Unfortunately, the Allergy Brothers aren’t able to take advantage of the more extreme advent calendars this year: Greggs bakery advent calendar (too gluteny), the various gin/wine/beer advent calendars (too underage), the Asda cheese advent calendar (too dairy), nor the Snaffling Pig pork scratching advent calendar (actually Allergy Little would probably love this as pork scratchings are basically a hybrid of his two favourite foods – crisps and Pepperami – so he needs to be kept away from this as long as possible for the good of his health).

We can’t even take advantage of the widely available Moo Free advent calendar, which is dairy free, gluten free, soya free, and vegan, but contains rice (an Allergy Brother allergen, no really!).  In the past we have tried the Hotel Chocolate dark chocolate advent calendar.  It is vegan and gluten free, but contains soya lecithin.  It is also good quality chocolate, which the Allergy Brothers found too much.  Two years ago, I even tried making my own chocolate coins as an advent calendar, which was a very bad idea.

This year, I think we have advent sorted.  I need to get over my childish obsession with chocolate advent calendars.  We have lovely traditional picture advent calendars provided by family friend, J, and I have finally accepted that a toy advent calendar might be the way to go.  Obviously, I can’t reveal exactly the type (click here to see what we chose), but I think it will have lots of play value beyond the Christmas season.  There are a lot to choose from with all the main toy manufacturers producing them: Lego, Megabloks, Schleich, Playmobil, Disney, Paw Patrol, etc.   I did balk at the price, but I reasoned that the Allergy Brothers miss out on lots of food treats throughout the year, and I could deduct it from Santa’s budget.  So it turns out that the answer to advent calendars with allergies might not be food at all, although the Diptyque calendar might be a step too far.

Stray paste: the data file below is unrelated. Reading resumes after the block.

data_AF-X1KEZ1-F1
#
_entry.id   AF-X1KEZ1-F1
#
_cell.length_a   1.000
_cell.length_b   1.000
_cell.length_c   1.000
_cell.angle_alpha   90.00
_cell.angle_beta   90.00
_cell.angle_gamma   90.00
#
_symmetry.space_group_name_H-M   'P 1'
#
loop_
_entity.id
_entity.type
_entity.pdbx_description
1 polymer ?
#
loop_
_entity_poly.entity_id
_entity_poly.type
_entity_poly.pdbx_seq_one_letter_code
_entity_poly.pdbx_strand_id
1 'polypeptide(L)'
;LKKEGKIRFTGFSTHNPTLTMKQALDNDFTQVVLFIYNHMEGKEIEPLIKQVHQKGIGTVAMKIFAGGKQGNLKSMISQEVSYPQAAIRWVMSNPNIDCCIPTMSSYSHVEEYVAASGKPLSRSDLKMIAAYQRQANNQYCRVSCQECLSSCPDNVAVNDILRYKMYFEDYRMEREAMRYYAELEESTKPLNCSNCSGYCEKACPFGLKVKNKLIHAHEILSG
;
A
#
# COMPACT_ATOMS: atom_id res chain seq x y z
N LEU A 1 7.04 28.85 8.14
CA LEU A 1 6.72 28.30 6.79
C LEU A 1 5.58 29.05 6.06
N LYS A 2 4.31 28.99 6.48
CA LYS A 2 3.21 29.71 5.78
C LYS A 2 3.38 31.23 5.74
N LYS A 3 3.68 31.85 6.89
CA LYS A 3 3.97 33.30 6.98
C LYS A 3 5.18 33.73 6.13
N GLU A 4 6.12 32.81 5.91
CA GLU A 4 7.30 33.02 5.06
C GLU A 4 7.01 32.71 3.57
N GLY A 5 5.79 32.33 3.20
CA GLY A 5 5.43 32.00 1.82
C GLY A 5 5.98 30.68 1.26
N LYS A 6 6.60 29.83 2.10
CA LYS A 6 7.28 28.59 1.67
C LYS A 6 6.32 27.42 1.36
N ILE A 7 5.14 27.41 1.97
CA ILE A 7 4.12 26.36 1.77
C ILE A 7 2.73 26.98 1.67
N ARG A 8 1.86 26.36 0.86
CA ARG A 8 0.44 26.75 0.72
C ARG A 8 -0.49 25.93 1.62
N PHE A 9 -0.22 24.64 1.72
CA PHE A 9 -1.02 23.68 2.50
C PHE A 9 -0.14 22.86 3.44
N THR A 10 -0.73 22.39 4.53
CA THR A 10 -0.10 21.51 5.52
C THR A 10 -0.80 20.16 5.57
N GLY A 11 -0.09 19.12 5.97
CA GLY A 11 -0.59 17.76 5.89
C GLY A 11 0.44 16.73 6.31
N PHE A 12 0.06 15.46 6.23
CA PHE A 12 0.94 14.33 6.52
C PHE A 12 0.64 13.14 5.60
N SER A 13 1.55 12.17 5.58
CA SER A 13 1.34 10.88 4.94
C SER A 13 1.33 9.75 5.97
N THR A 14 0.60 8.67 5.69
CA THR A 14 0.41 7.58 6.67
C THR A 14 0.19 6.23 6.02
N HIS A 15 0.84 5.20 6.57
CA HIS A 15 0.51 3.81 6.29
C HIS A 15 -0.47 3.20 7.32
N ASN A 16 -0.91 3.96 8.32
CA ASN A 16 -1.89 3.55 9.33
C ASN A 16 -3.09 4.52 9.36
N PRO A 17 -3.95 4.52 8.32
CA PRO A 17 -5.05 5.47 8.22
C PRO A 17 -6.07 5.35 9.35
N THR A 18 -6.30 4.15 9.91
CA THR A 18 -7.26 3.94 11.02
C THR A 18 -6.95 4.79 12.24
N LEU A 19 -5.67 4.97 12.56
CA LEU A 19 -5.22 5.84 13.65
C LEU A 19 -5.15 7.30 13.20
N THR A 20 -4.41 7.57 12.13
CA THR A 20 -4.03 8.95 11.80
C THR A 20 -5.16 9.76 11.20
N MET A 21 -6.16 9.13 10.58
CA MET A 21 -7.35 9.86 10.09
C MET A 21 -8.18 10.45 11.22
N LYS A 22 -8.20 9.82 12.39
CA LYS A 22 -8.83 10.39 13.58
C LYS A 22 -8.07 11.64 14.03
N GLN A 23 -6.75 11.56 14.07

Chestnut Shortbread

werbackWe’re back.  After a long sabbatical involving illness, kitchen renovations, and other dreary things, we are back with lots of original recipes to share with you.

And I thought I would start off by treating you to a shortbread recipe.

INGREDIENTS

100g chestnut flour

100g cornflour

100g gram flour

1 tsp baking powder

pinch of salt

75ml maple syrup

125ml sunflower oil

  1. Preheat the oven to 170C/Gas Mark 3.  Line a tin with baking parchment.
  2. Sift the flours, baking powder and salt into a bowl.
  3. Pour in the oil and maple syrup.  Mix thoroughly to create a soft, crumbly dough.
  4. Tip the dough into the lined tin and press it into an even layer, smoothing down the top with the back of a spoon.  Prick the shortbread all over with a fork.
  5. Bake for about 30 minutes until the shortbread is a rich brown colour.  Take it out of the oven and immediately cut into 8-12 pieces.  Then leave it to cool in the tin.

I served this slightly warm with fresh raspberries and whisky cream (for the dairy and alcohol eaters).